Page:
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The statues on the Liberty Walk honor people who vin­di­cated the West’s system of ordered liberty through pol­itics or war. Now, it’s time for a new statue, hon­oring someone who taught us what to do with that liberty: C.S. Lewis.

Clive Staples Lewis was born on November 29, 1898, in Belfast, Ireland. At the age of 15, he became a com­mitted atheist, but was reborn and became a Christian in 1931, thanks to the efforts of close friends including J.R.R. Tolkien.

Many remember him best for “The Chron­icles of Narnia,” his apolo­getic works like “Mere Chris­tianity,” and his the­o­logical essays.

Hillsdale stu­dents often hold his books on phi­losophy in even higher regard. Thinkers as diverse as Russell Kirk and Leo Strauss hailed one such book, “The Abo­lition of Man,” as one of the most important of the 20th century.

Lewis wrote “Abo­lition” in the context of the great moral and spir­itual crises that erupted during and between the World Wars. He argued that the modern world’s rel­a­tivism and thirst for power created dis­order in souls which could leave men inca­pable of resisting evil.

“And all the time — such is the tragi-comedy of our sit­u­ation —we con­tinue to clamour for those very qual­ities we are ren­dering impos­sible,” Lewis wrote. “You can hardly open a peri­odical without coming across the statement that what our civ­i­lization needs is more ‘drive,’ or dynamism, or self-sac­rifice, or ‘cre­ativity.’ In a sort of ghastly sim­plicity we remove the organ and demand the function. We make men without chests and expect of them virtue and enter­prise. We laugh at honor and are shocked to find traitors in our midst. We cas­trate and bid the geldings be fruitful.”

Ide­ologies like com­munism and fascism threatened civ­i­lization itself and modern pro­gres­sivism was averse to fighting back. Lewis saw that the Western man was in danger of for­getting that mankind was created in the image of God and the moral duties which accompany that truth.

Lewis believed human liberty is a good in and of itself. But he also believed a Christian living in a free regime must sanctify that liberty by ded­i­cating his labor to God.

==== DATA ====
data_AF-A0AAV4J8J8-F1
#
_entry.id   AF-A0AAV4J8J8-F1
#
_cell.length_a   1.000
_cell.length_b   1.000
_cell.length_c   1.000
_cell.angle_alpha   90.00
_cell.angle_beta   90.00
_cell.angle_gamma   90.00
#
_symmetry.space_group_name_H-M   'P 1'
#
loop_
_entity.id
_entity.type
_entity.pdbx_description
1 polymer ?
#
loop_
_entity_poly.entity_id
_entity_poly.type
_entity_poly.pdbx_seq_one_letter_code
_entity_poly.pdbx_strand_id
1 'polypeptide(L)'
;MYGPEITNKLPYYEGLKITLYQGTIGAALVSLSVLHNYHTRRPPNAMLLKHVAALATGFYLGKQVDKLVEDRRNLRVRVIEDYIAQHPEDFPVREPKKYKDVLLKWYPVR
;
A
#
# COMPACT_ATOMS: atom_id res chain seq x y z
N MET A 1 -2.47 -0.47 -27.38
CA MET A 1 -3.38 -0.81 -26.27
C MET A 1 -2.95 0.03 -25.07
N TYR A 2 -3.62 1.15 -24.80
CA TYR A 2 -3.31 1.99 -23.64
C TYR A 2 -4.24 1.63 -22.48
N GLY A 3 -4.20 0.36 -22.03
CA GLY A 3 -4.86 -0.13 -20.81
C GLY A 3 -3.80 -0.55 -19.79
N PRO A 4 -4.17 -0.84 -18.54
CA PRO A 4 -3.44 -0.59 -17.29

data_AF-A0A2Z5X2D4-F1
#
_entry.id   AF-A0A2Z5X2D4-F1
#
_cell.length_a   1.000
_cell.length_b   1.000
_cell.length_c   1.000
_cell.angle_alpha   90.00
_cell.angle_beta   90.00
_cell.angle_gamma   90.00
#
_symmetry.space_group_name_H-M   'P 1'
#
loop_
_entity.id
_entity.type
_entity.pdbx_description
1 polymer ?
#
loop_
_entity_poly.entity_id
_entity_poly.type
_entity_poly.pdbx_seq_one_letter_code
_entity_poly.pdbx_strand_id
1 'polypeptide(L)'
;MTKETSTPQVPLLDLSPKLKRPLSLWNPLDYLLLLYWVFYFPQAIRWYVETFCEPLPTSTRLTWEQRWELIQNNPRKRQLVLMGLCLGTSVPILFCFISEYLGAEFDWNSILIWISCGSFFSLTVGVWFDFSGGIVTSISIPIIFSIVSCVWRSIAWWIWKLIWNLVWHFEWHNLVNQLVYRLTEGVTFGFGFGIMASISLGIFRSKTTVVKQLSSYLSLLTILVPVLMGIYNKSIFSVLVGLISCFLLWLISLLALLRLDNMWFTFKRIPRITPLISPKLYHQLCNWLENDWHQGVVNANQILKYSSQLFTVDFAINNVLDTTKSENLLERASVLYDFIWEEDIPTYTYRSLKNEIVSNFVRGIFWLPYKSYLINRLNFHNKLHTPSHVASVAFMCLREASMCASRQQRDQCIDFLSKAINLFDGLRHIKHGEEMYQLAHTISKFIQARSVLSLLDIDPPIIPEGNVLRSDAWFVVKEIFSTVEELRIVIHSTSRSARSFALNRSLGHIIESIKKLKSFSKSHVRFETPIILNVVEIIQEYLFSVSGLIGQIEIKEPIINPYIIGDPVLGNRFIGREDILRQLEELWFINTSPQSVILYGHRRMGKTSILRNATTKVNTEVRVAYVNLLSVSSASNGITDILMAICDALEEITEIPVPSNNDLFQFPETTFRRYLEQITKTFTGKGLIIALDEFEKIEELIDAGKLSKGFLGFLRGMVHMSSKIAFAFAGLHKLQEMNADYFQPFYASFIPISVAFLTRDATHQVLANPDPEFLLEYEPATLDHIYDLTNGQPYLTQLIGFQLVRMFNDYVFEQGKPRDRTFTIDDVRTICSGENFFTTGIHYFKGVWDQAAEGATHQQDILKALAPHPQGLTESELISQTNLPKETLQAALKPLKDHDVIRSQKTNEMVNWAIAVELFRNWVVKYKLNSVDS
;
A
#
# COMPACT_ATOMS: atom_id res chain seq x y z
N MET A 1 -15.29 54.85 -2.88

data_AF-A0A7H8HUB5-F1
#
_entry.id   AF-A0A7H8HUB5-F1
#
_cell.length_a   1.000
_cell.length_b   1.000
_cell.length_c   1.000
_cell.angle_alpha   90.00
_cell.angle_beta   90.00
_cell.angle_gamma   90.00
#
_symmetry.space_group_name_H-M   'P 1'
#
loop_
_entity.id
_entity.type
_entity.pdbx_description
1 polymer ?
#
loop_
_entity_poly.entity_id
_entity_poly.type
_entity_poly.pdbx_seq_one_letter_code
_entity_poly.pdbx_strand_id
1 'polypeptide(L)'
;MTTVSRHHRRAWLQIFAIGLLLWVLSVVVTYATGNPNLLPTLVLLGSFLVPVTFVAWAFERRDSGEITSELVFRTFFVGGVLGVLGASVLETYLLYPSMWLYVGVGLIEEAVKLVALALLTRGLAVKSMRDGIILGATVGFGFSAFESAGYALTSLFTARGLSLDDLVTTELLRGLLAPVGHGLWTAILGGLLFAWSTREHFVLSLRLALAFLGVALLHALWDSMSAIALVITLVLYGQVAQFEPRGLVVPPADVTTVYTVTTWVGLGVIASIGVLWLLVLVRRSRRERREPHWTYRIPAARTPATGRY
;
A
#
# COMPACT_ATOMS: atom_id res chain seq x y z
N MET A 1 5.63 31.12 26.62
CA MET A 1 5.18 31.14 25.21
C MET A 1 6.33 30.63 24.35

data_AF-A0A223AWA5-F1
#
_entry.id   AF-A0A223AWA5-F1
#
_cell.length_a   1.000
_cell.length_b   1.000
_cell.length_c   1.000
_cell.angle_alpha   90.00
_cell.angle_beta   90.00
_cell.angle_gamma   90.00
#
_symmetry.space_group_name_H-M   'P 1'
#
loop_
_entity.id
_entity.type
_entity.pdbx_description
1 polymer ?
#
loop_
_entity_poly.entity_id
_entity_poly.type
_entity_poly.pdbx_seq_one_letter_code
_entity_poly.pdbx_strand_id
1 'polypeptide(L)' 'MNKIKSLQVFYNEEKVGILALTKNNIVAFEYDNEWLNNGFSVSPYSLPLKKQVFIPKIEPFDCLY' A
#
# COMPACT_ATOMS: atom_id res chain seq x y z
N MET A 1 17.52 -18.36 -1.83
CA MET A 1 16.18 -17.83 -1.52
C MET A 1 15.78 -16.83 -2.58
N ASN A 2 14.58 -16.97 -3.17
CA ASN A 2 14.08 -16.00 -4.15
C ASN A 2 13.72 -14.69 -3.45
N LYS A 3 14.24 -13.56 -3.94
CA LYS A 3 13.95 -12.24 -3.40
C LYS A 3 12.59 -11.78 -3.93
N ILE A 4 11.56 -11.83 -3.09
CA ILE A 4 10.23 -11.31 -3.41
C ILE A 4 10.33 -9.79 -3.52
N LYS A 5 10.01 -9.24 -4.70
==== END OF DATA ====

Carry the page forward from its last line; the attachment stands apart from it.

A sen­timent like that ani­mates our insti­tution to this day. In 1853, our fore­runners placed a Bible in the cor­ner­stone of what became Central Hall. They inscribed it with a simple prayer: “May earth be better and heaven be richer because of the life and labor of Hillsdale College.”

Lewis expressed a similar hope in a sermon to a group of anxious Oxford stu­dents about a month after World War II began. He urged his audience to remember that the Christian’s duty is to offer his labor in service to God, espe­cially in times of great crisis.

“All our merely natural activ­ities will be accepted, if they are offered to God, even the hum­blest, and all of them, even the noblest, will be sinful if they are not,” Lewis said. “Chris­tianity does not simply replace our natural life and sub­stitute a new one: it is rather a new orga­ni­zation which exploits, to its own super­natural ends, these natural mate­rials.”

For Lewis, and for Hillsdale College, edu­cation pre­pares cit­izens for liberty. We are not training to be men without chests, par­tic­i­pants in the modern world’s ongoing attempt at the con­quest and trans­for­mation of human nature. Instead, we are training for lives lived in liberty for the glory of God.

At Hillsdale, through our shared project of liberal edu­cation, we strive to reverse the process of “lib­er­ation” by which the men of the West lost their chests. In turn, we endeavor to recover souls ordered toward the tran­scendent — toward the vision Lewis described in his schol­arship and writings.

Without some version of that vision, a society will fall into dis­order and even­tually lose its liberty. Lewis ardently fought to restore knowledge of the holy and remind men of their purpose. That is a legacy worth hon­oring.

Winston Churchill, whom we immor­talized on our Liberty Walk in 2004, said, “We shape our buildings, and then our buildings shape us.” With our new chapel under con­struction, Hillsdale College is applying Churchill’s aphorism and directing her gaze up to the heavens.

A statue of Lewis near the chapel will direct our Liberty Walk the same way — reminding us what liberty is for.